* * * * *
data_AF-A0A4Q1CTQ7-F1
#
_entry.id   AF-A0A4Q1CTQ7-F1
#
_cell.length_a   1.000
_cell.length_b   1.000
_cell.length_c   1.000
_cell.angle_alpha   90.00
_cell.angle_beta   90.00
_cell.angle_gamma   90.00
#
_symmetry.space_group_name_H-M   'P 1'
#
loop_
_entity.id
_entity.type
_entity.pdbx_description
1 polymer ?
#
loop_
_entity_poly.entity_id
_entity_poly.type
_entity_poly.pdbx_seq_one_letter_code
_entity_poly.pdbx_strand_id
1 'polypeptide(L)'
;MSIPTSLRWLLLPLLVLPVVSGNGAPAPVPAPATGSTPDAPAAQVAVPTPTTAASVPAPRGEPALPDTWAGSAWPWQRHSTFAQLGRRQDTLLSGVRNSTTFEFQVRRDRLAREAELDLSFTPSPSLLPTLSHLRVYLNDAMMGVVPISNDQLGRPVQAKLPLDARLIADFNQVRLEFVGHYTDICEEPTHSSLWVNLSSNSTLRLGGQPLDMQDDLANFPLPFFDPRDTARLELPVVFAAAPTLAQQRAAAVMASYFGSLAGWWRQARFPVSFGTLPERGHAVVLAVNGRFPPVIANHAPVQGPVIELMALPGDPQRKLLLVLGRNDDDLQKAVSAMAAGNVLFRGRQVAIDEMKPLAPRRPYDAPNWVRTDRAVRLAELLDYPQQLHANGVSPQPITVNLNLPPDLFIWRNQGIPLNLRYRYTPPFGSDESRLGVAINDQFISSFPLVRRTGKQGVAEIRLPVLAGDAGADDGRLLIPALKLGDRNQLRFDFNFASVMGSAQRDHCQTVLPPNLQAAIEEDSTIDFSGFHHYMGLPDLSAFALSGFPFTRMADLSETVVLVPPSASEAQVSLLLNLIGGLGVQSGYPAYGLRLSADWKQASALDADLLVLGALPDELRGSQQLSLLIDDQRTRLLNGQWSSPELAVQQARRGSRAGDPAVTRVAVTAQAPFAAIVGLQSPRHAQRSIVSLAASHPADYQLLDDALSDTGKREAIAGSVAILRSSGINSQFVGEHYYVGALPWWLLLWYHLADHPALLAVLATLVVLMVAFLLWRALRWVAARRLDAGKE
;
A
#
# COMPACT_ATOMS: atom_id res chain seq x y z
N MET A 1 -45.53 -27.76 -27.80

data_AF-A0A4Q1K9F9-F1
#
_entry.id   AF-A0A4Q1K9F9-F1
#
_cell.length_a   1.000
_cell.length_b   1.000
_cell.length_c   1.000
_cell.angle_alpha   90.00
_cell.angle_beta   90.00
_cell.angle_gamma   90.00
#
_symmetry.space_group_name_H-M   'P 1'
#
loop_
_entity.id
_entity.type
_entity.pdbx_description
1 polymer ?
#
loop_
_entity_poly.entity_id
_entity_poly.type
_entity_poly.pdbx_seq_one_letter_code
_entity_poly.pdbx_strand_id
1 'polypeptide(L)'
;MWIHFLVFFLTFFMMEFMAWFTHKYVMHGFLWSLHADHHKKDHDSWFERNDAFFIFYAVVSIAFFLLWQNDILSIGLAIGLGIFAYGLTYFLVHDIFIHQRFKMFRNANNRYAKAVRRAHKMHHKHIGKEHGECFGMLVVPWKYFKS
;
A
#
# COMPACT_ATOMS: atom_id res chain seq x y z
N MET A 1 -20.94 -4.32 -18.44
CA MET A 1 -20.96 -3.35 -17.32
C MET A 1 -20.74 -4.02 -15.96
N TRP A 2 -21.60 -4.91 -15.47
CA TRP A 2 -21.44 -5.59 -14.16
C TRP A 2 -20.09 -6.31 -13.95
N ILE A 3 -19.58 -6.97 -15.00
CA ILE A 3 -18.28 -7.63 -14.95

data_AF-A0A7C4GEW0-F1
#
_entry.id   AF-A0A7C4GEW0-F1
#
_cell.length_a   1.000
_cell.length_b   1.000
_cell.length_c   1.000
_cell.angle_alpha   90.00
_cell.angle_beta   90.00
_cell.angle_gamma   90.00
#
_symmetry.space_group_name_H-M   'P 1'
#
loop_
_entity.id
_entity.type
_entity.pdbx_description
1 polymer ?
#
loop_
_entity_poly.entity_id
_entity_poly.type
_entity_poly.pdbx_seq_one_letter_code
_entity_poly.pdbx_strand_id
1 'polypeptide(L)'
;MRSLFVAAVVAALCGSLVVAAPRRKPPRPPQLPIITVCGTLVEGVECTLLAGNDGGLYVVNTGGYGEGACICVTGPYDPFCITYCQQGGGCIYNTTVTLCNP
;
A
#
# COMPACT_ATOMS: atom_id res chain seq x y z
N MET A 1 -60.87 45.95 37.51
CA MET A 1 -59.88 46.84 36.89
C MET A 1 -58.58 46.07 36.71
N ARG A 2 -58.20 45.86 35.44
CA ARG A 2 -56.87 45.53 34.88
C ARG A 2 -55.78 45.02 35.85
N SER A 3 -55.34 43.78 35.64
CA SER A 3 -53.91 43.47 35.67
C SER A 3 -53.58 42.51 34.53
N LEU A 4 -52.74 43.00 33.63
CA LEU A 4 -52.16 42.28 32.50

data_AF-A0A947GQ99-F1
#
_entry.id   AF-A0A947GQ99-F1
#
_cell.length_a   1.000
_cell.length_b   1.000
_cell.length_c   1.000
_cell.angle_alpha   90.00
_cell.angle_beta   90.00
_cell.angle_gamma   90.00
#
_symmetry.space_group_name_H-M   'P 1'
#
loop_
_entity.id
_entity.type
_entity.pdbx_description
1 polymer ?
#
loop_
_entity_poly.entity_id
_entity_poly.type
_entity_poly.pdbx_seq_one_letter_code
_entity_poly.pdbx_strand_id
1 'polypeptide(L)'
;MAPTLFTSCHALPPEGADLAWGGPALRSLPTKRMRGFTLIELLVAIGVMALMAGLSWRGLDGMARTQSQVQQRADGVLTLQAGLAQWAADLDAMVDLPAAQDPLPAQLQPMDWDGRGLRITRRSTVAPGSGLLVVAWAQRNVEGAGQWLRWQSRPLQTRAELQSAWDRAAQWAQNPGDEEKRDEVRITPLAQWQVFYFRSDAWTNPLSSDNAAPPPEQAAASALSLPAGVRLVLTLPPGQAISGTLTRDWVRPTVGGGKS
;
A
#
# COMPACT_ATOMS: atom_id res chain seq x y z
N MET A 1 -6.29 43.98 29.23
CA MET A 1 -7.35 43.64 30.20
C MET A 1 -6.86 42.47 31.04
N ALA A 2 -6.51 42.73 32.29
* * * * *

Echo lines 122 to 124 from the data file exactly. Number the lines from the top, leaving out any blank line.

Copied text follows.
_symmetry.space_group_name_H-M   'P 1'
#
loop_